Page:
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I need to level shift a 26mhz 1.8v clock output by .7v on both the high and low side (so clock swings from .7v to 2.5v on output).

Would a simple diode/resistor setup like below work for this?

https://www.circuitlab.com/circuit/6v24nh/screenshot/540x405/

I did a simple circuit to simulate this, and it seems to shift the single nicely and clock output looks clean on scope, but its amplitude is shortened, so it swings from ~.9v to 2v, which I'm assuming is from the 1k ohm pull up I'm using. Some cutoff is fine, but how would I get this closer to 2.5v on the high?

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    \$\begingroup\$ Beware of rise time from diode capacitance and load capacitance and C ratios. dV/dt < 10%f unless phase noise matters. So try a BAT diode \$\endgroup\$ – Tony Stewart EE75 May 24 '18 at 17:37
  • \$\begingroup\$ M = mega, m = milli. \$\endgroup\$ – Andy aka May 24 '18 at 17:50
  • \$\begingroup\$ When you use the CircuitLab button on the editor toolbar you can save the image inline and you and the readers can edit or copy the schematic. \$\endgroup\$ – Transistor May 24 '18 at 22:55
  • \$\begingroup\$ You are going to have trouble getting a passive pullup to work at 26MHz. \$\endgroup\$ – Caleb Reister Oct 24 '19 at 6:42
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Something like this might be more predictable:

schematic

simulate this circuit – Schematic created using CircuitLab

I'm not sure if you actually 'require' a low of 0.7 V or you are just willing to accept it as part of the level conversion problem using diodes.

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  • \$\begingroup\$ Requirement is .7v-2.5v...(Its a normal 1.8v clock input, but the chips ground plane is shifted +.7v, and the signal source comes from a 0v ground plane...so if I directly connected the output the second chip would see the clock as -.7v-1.1v which would obviously not work). \$\endgroup\$ – electronuts May 25 '18 at 14:16
  • \$\begingroup\$ @electronuts Altered schematic ...you could simply adjust the resistive divider to get whatever high level you want. Since the risetime is dominated by 1/(R3+R4) it should be quite acceptable. \$\endgroup\$ – Jack Creasey May 25 '18 at 18:58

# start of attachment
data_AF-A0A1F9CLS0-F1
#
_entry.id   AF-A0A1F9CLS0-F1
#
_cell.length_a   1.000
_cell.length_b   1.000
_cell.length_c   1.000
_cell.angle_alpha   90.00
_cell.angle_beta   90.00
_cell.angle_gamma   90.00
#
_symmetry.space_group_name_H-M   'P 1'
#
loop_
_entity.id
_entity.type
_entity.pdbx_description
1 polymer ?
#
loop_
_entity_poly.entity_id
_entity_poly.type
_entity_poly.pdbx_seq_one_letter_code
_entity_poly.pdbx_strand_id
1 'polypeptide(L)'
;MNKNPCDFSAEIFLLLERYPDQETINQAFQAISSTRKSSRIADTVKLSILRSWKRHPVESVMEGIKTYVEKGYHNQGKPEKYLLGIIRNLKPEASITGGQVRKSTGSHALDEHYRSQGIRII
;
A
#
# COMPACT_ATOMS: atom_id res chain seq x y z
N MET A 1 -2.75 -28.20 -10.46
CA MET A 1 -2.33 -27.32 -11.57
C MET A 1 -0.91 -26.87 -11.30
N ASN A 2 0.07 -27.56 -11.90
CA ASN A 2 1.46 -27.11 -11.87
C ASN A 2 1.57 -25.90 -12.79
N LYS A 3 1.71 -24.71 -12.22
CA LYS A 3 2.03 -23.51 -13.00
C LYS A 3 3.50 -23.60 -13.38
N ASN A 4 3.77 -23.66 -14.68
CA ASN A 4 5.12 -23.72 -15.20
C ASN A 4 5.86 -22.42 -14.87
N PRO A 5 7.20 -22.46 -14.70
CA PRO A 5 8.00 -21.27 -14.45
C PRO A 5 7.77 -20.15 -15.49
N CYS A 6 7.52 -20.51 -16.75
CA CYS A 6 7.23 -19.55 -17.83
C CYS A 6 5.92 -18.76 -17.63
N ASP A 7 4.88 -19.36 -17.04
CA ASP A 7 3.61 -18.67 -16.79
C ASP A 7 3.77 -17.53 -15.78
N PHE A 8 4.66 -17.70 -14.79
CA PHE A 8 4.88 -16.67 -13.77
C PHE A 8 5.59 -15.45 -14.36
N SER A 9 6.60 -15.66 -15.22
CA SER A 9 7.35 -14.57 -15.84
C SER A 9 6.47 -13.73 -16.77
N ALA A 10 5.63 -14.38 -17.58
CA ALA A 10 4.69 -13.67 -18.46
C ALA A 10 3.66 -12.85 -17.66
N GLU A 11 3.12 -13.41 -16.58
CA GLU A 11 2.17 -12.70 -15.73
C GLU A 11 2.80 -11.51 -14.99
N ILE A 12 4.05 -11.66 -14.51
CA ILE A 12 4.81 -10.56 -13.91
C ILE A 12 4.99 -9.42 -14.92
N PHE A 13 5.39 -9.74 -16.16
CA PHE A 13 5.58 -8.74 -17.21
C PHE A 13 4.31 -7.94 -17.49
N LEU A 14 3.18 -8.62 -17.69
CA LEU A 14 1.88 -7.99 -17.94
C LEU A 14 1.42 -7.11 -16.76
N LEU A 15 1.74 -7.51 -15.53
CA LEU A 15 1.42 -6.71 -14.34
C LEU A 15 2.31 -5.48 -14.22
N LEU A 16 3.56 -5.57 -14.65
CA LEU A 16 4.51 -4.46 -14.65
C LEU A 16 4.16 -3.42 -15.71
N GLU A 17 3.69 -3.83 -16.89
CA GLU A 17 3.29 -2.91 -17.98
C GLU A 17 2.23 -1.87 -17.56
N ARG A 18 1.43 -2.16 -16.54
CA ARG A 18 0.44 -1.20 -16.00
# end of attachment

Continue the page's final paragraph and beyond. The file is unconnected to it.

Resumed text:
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Actually found an even better solution, instead of starting with clock output on the low side, I just reversed it, so took clock source from the high side (ie between .7v-2.5v and simply passed it through a 100nf capacitor, which brought it down to a 0-1.8v.

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  • \$\begingroup\$ What you did is AC couple the signal. That will work either way, as long as there is an appropriate DC bias on both sides and you can guarantee that the clock signal is DC balanced (high and low for the same amount of time). \$\endgroup\$ – Caleb Reister Oct 24 '19 at 6:36
  • \$\begingroup\$ Also, your capacitor may be a little large, I would try a 10nF cap and work from there. \$\endgroup\$ – Caleb Reister Oct 24 '19 at 6:39
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Here is good and working solution with only 3 devices (2 resistors and 1 nmos):

enter image description here
Simulation results show good transient switching and clean logic levels, even for 26MHz:

enter image description here

Regarding your circuit

You have to change the 5V to 2.5V!, and the 5V logic out is now 0.7/2.5V.

You can use this schematic. But I don't think you will get it run on 26MHz. Further the levels are dirty -> better use a push-pull stage.

D1 is a little bit strange. Seems that for the 5V version it limits the output voltage to 4V! In your case D1 is always in reverse operation. You can cancel it.

level shifter

Here is another circuit: maybe you have to clamp the output with schottky diodes to vdd and gnd, to get faster switching times.

schematic

simulate this circuit – Schematic created using CircuitLab

Hope it helps!

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Termination

At 26MHz, you don't want to cut corners. I mean this literally, since that's what passive pullups do. As you mentioned in your answer, placing a small capacitor in series to AC-couple the signal can work. However, there are a few caveats:

  • The signal must be DC balanced. If you have a continuous clock with a 50% duty cycle, this will not be a problem. However, you will have to use a DC-balanced encoding (such as Manchester or 8b/10b) in order to make this work for a data signal.
  • You need to provide appropriate DC biasing and termination at the receiver. In this case, I would suggest using far-end parallel termination. I chose a 100pF capacitor because it provides a 200MHz bandwidth, but you may need to experiment with different values.

schematic

simulate this circuit – Schematic created using CircuitLab


Use a level translator

Since you are dealing with a small offset voltage, you may be able to get away with using a logic level translator such as the 74LV1T34 or 74LV1T126. When powered from 2.5V supply, these devices should have input levels compatible with 1.8V LVCMOS, but output 2.5V logic. Just be aware that the low output will still be at GND, which may cause an ESD protection diode in your receiver to conduct.

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